Perhaps… but nonetheless, what percentage of GDP is the construction sector? No more than 6%. This can’t have played a big role, nor were Russians ever using their homes as ATM machines.

      There is not going to be a $10 per barrel oil price ever again.

      No, there won’t; but there might be $40 oil for a short time if the system collapses as in 2008. Perhaps, even less – after all, sovereign defaults should be much more destructive than a mere financial crisis in which the banks are bailed out anyway? Besides, Russia now needs oil at around $100 just to balance the budget.

      I do not believe there is much of a bubble to burst now so some implosion by the PIIGS will have little impact.

      The BRIC’s are the immediate concern, but what if contrary to expectations its the US that goes belly up on August 2nd?

      So Russia is not going to join the PIIGS and will stay part of the China growth club (internal consumption, development driven).

      I certainly don’t expect Russia to join a PIGS group, its practically impossible, but staying part of the China growth club depends on its major state companies and banks retaining access to affordable credit. UNLIKE China, these Russian companies and banks are dependent on Western credit, both for investment and in order to continue rolling over their debt (this is linked to the underdevelopment of the domestic financial system).

      In 2008 this foreign credit access got cut off and contributed in a major way to the crisis. This may happen again in 2011/12 if Western creditors again desert Russia. The signs don’t look good – according to the Central Bank, as of April 2011 general debt levels of banks and the commercial sector is again approaching close to its mid-2008 peak. (Although thankfully, percentage of those that are краткосрочные has fallen).

      • Alexander Mercouris

        Dear Anatoly,
        I agree with all the points you make in this post. I would add (pace your previous article about Russia’s “stagnating” economy) that the reason growth has been “only” 4% so far this year is precisely because the economy is being affected by worries about what would happen in the event of another global financial crash this autumn. In my opinion this has been a far more important factor than political uncertainty. I speakk on the basis of personal contacts I have within the Russian business community. I ought to say that the latest figures seem to show a quiet strengthening in performance over the last few weeks but all this could be thrown into doubt by another crash. One point I must make, which might be different this time from 2008. The capital outflow that affected Russia so badly was a global phenomenon that was at least partly deliberately orchestrated by the US Federal Reserve Board and to a lesser by the Bank of England and the ECB as part of their efforts to re capitalise the global financial system. I know of at least one banker who was ordered to pull back a loan of $200 million made to a Russian company for precisely this reason. In the event of a new crisis will the same happen again especially if the problem is perceived as one of sovereign debt rather than of debt in the financial system itself? I do not know.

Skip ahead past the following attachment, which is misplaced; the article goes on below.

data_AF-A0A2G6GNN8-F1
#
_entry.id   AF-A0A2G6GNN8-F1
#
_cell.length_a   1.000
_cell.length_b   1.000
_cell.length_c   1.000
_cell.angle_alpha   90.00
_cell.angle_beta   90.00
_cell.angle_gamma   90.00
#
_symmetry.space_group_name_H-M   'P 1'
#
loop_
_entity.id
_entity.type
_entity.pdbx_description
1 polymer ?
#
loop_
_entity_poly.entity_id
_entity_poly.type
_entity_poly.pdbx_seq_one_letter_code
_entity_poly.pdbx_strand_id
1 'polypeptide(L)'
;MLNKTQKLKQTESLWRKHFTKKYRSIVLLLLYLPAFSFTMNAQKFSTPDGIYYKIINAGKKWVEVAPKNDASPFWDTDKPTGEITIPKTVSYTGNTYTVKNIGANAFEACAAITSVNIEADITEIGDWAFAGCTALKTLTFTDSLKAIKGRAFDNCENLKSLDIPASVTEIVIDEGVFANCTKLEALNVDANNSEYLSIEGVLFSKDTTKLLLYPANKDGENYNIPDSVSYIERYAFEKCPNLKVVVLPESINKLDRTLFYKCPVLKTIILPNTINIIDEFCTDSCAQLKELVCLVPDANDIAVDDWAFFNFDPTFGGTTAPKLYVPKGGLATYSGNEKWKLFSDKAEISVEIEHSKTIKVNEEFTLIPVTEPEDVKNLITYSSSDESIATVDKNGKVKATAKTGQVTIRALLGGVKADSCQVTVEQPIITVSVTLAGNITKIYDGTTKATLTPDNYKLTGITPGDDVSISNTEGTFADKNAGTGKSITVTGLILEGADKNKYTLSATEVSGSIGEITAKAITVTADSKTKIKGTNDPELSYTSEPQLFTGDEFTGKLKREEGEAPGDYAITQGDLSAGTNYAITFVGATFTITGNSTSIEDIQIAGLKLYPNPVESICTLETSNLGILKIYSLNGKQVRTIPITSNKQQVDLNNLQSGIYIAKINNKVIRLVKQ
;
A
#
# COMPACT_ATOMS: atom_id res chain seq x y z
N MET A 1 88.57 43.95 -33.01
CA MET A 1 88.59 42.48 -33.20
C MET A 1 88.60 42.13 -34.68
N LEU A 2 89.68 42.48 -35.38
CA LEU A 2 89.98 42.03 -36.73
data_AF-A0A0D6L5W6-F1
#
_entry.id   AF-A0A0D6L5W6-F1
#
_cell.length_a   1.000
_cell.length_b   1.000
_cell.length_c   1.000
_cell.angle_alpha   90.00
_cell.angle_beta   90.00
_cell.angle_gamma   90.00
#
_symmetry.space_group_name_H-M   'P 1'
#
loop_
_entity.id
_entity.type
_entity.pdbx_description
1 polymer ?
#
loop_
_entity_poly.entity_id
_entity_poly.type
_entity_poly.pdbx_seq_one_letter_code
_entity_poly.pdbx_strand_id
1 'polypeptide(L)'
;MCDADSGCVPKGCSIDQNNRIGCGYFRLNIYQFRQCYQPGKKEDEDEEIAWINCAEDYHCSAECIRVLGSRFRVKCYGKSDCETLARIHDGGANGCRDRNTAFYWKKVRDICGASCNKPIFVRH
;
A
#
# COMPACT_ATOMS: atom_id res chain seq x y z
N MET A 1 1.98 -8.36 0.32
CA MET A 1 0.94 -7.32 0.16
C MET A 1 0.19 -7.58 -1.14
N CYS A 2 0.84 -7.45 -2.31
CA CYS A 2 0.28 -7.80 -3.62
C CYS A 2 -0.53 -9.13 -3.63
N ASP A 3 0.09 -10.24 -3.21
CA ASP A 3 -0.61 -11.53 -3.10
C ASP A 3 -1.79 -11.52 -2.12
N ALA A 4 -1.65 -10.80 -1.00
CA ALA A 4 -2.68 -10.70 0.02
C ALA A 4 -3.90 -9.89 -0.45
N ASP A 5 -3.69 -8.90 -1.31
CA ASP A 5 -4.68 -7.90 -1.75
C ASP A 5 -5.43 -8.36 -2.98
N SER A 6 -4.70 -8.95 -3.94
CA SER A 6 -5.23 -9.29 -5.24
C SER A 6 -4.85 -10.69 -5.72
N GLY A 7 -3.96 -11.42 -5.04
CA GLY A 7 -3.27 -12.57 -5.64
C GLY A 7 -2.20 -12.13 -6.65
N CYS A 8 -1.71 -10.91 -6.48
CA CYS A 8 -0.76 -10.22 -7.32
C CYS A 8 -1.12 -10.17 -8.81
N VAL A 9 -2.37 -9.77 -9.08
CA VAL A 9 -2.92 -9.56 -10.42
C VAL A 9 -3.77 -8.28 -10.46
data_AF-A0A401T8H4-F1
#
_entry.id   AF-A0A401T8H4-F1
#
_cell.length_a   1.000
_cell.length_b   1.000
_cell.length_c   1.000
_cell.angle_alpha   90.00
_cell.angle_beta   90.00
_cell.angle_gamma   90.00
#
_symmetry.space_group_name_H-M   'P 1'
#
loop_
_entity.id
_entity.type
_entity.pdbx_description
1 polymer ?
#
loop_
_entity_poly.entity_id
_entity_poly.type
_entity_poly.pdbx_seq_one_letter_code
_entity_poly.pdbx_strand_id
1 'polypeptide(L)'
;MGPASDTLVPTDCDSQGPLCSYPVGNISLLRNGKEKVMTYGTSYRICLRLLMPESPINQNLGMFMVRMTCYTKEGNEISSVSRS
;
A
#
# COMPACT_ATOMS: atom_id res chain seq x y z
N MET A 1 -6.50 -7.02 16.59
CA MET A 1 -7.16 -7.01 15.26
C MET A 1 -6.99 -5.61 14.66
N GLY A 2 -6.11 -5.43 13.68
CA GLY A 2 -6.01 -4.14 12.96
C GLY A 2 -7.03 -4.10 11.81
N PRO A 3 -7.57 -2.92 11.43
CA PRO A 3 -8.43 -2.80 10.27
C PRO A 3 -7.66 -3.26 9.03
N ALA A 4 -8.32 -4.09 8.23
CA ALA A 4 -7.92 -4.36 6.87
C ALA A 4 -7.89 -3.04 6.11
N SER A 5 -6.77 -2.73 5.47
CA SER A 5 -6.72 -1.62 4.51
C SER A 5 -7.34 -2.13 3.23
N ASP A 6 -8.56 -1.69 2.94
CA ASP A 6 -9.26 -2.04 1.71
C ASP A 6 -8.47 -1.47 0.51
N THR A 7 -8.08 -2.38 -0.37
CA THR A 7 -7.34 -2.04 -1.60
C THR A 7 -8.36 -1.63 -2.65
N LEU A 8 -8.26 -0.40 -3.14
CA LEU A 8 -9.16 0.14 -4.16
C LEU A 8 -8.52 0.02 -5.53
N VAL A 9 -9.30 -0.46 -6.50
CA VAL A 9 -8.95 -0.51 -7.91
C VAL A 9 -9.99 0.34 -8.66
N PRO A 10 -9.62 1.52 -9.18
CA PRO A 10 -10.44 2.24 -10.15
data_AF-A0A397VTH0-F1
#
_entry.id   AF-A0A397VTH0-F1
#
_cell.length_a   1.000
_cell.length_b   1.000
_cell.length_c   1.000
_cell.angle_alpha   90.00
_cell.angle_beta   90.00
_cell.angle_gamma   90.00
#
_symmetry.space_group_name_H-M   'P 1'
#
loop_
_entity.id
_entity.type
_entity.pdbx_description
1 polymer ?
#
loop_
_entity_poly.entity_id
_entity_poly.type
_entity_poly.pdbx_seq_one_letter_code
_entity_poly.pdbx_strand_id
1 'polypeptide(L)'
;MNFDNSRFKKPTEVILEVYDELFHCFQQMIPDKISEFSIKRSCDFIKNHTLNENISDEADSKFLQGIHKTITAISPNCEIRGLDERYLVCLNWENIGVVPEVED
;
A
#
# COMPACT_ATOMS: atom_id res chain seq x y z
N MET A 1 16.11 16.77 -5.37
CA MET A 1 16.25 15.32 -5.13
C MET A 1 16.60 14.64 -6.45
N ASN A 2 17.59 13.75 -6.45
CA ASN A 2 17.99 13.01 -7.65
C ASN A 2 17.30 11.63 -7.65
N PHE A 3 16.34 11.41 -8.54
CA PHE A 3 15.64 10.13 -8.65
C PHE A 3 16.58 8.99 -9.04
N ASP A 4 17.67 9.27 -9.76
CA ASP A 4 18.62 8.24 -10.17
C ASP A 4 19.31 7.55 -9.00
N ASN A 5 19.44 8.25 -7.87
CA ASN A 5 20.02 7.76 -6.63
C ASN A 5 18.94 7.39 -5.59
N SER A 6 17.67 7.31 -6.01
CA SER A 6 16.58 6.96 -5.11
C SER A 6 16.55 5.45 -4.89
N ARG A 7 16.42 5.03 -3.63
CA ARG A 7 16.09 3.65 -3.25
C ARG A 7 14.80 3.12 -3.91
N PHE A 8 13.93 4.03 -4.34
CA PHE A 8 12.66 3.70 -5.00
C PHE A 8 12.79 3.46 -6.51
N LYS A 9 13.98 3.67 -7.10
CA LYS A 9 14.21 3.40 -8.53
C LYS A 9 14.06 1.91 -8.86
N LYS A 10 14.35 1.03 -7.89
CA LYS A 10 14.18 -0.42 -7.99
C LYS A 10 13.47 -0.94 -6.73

• Alexander Mercouris

          Dear Anatoly,
          Just one further point/question: could the capital outflow that was underway be at least partly explained by a desire to build up financial reserves as a cushion in the event of another crash? If so there might be some logic in placing some of this money in overseas accounts given the lower inflation in Europe and the US as compared to Russia. I ought to say that the latest figures suggest that this capital outflow (about which a great deal of nonsense has been written) is now starting to abate, which suggests that whatever its cause the factors behind it are starting to abate. In any event the government is surely right to focus so much effort on lowering inflation. One reason why the Russian financial system is so weak is because of the low rate of personal saving. High inflation deters saving.and it is Russia’s high rate of inflation that in my opinion explains why levels of personal savings in Russia are so low. If the inflation rate falls then if wages were to continue to rise this might change dramatically especially as land prices in Russia are low, which as you rightly say means that Russians do not/cannot use their homes as ATM machines and do not have to borrow so much.

      • kirill

        The foreign credit “dependence” is only due to the high internal interest rate. This foreign borrowing mainly affects sectors like real estate. It does not affect the fossil fuel sector and the government sector (which includes military contractors and aircraft manufacturers). Oil prices at $40 dollars for anything longer than a quarter is simply not credible. We already had this “collapse” after 2008, it did not produce a new low price plateau. Also, the Russian federal budget assumes an oil price for Urals blend of about $55.

        In addition, the grow rate of 7% in 2007 was driven by internal consumption as reflected in real estate (“construction”) and retail trade ( The current growth rate of 4% in spite of all the pain in foreign borrowing (remember that western banks have not been lending even to their own economies) and capital flight shows that negative growth rates in Russia’s GDP are not likely to result from foreign credit contractions. Really, based on events since 2008 Russia is more or less immune to western financial crises. It is still developing with real internal demand, unlike the USA where demand is lubricated by cheap credit in the face of serious job exports to China and India (i.e. long term contraction in domestic demand).

        • Alexander Mercouris

          Dear Kiril,
          Two points:
          (1) High domestic interest rates are a consequence of high inflation.
          (2) I agree that there is little prospect of oil prices remaining for long at %30 a barrel. However my understanding is that to balance the federal budget needs oil prices at $120 a barrel as opposed to $60 a barrel as was the case before 2008.